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WINDOWS 7 FROM THE ENTERPRISE APP STORE WHY EMPOWERING YOUR USERS TO MIGRATE THEIR OPERATING SYSTEM COULD SAVE YOU MONEY AND INCREASE PRODUCTIVITY

RICHARD CUDD 1E

MARCH 2011

ABSTRACT: This whitepaper outlines the challenges of a Windows 7 migration project and how these can be mitigated by involving the end users themselves in the migration process.

All rights reserved. No part of this document shall be reproduced, stored in a retrieval system, or transmitted by any means, electronic, mechanical, photocopying, recording, or otherwise, without permission from 1E. No patent liability is assumed with respect to the use of the information contained herein. Although every precaution has been taken in the preparation of this document, 1E and the authors assume no responsibility for errors or omissions. Neither is liability assumed for damages resulting from the information contained her ein. The 1E name is a registered trademark of 1E in the UK, US and EC. The 1E logo is a registered trademark of 1E in the UK, EC and under the Madrid protocol. NightWatchman is a registered trademark in the US and EU.


Contents The Windows 7 project.............................................................................................................................................. 3 Where did all my apps go?......................................................................................................................................... 3 Windows 7 from the Enterprise App Store ................................................................................................................. 4 Project success .......................................................................................................................................................... 5 References ................................................................................................................................................................ 6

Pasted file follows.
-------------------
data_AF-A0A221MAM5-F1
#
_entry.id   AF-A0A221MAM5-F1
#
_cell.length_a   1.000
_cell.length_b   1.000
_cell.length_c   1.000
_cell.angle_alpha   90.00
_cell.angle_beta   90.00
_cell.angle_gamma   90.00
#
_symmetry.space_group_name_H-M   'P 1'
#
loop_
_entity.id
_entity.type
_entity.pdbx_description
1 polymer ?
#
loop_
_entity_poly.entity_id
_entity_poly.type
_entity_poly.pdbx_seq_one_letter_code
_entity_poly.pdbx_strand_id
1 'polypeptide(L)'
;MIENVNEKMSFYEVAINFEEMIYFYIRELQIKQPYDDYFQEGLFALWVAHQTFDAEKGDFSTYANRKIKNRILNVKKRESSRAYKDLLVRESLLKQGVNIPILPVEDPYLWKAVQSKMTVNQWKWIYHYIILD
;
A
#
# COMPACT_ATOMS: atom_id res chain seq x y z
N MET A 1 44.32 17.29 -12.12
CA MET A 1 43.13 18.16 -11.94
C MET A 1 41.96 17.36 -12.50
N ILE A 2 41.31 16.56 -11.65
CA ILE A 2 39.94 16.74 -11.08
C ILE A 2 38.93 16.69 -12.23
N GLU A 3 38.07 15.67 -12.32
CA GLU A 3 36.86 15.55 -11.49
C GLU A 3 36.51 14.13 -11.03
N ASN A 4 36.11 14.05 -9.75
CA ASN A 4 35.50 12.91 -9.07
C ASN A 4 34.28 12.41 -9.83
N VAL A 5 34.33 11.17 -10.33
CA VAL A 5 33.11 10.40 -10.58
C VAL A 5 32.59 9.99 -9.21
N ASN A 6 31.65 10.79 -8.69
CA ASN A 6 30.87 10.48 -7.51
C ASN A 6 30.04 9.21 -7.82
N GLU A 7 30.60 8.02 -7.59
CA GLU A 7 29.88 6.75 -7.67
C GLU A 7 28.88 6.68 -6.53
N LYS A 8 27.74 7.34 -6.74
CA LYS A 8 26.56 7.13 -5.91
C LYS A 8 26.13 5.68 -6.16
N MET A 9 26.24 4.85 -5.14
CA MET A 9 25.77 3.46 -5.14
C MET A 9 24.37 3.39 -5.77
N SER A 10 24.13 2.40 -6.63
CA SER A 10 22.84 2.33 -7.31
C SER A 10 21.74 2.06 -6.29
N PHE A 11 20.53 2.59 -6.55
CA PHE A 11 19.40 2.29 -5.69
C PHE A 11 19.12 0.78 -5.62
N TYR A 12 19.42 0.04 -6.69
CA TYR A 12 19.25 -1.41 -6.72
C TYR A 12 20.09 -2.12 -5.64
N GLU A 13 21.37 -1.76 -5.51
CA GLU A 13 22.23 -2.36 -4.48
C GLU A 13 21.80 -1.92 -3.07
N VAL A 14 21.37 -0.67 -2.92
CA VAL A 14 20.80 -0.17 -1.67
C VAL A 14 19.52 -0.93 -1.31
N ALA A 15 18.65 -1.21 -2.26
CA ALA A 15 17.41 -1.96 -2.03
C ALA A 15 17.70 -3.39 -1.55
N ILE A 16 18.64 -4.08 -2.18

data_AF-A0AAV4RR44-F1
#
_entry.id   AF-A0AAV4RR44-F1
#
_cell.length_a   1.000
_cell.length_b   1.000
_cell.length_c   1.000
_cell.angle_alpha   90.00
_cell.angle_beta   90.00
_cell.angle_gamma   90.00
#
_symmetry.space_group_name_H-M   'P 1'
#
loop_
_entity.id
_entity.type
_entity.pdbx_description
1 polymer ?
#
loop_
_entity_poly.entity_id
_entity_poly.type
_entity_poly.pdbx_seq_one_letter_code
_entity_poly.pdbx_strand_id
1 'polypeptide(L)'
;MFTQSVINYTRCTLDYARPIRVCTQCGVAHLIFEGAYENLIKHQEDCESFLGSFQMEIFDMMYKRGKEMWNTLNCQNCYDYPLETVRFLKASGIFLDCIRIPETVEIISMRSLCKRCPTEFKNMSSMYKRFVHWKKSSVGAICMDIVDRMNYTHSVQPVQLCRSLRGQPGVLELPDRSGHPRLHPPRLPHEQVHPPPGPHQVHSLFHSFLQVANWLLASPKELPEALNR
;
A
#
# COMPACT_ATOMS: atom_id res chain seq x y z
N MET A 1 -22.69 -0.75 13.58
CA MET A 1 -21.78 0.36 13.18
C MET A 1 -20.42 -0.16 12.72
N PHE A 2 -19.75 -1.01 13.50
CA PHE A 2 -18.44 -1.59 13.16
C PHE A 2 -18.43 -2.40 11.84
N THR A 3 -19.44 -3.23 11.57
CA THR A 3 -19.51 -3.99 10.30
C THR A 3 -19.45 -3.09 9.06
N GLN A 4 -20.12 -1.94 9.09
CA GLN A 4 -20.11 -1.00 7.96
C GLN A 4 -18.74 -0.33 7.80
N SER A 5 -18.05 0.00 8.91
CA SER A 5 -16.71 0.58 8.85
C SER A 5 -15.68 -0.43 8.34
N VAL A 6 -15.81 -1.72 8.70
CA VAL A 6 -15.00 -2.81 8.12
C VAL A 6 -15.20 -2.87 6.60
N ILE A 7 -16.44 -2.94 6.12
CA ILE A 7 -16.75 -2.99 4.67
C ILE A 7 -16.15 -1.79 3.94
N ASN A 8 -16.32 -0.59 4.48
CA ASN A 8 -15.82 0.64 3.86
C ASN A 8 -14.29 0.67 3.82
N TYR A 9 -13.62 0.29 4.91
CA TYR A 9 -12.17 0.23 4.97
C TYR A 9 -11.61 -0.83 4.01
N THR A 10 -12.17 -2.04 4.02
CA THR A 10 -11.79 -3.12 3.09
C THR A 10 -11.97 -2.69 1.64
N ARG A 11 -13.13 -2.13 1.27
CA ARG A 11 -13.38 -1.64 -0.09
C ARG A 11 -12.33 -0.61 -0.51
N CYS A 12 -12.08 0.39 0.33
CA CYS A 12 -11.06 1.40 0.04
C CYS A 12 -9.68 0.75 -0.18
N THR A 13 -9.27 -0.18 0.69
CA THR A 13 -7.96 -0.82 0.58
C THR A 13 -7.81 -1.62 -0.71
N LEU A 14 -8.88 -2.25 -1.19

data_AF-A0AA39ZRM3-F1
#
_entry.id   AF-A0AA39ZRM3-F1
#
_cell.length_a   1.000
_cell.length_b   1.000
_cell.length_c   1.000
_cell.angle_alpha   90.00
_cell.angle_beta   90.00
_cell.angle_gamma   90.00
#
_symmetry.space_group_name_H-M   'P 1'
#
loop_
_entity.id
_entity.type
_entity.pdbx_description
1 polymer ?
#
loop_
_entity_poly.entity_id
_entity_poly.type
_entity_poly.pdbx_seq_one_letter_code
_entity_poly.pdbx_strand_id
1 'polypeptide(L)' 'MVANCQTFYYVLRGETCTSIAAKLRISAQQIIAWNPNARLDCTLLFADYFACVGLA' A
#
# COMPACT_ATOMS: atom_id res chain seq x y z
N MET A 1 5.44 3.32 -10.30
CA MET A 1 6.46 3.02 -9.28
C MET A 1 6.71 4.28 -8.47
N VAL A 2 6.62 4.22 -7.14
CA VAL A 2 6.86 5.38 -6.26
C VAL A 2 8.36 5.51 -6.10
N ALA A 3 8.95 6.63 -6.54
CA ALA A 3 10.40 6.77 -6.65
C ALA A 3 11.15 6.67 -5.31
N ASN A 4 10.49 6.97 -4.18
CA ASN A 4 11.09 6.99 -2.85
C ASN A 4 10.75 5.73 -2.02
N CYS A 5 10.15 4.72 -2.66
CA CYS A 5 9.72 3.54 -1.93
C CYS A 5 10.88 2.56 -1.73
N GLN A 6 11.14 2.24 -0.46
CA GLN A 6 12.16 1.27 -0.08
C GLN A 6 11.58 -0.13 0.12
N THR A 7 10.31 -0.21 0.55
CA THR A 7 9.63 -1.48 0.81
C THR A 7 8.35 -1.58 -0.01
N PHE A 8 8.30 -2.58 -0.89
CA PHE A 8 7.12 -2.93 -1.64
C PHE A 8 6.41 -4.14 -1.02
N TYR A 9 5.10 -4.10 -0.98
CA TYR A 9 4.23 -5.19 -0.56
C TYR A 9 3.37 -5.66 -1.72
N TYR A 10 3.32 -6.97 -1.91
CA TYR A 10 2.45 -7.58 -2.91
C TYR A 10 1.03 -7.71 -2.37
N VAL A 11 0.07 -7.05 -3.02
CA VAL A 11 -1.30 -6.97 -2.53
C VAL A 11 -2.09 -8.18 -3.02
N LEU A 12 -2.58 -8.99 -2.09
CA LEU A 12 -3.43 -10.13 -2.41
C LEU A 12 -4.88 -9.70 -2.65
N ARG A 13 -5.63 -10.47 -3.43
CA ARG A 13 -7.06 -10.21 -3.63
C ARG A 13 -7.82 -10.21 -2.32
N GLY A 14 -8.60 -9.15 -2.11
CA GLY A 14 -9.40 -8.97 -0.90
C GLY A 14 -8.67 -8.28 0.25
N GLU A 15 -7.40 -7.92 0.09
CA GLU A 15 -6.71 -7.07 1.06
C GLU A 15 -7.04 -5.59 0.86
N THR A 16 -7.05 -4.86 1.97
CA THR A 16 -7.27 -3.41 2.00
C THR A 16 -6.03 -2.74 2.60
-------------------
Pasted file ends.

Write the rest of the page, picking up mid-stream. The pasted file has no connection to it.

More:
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The Windows 7 project So you’ve decided to migrate to Windows 7. That was the easy part. Microsoft’s latest incarnation of the most 1 successful software franchise in history is likely to be the principal desktop project for corporations over the next 12 months. Uptake levels in the consumer market are already well over the 200 million mark2 and the corporate space 3 is following suit with an estimated 83% of new PCs running the platform within the next year . Windows 7 offers businesses the most stable and secure enterprise desktop platform available. With Microsoft closing support for XP SP2 in the middle of last year, many have decided that now is the time to make the migration investment having bypassed the Vista path entirely. As well as the advances in stability and usability the new OS provides a broad range of new applications and connectivity options as well as interaction enhancements such as Windows Touch. Many IT departments are under pressure to deliver the new platform as their end users have already been using it on their home machines for some time. The challenge now is how to deliver the project on time and on budget with minimal disruption to your end users. The planning and execution of a Windows 7 migration is significant. A project will typically last many months and can cost between $1,274 and $2,069 per machine being migrated depending on how well managed the environment is 4. But this doesn’t factor in some important end user costs. Time spent by users waiting for their machines to migrate and then troubleshooting application and configuration issues at the end of the process. The technical challenges of an operating system migration project are well known. Is the target hardware capable of running the new platform? Can the corporate network cope with large deployment files downloading in business hours? What if users leave their laptops connected to the wireless network just before the migration? These are just some of the questions that need to be answered during the planning of the project. But it’s not just technical questions; there are a number of issues relating to the end user as well.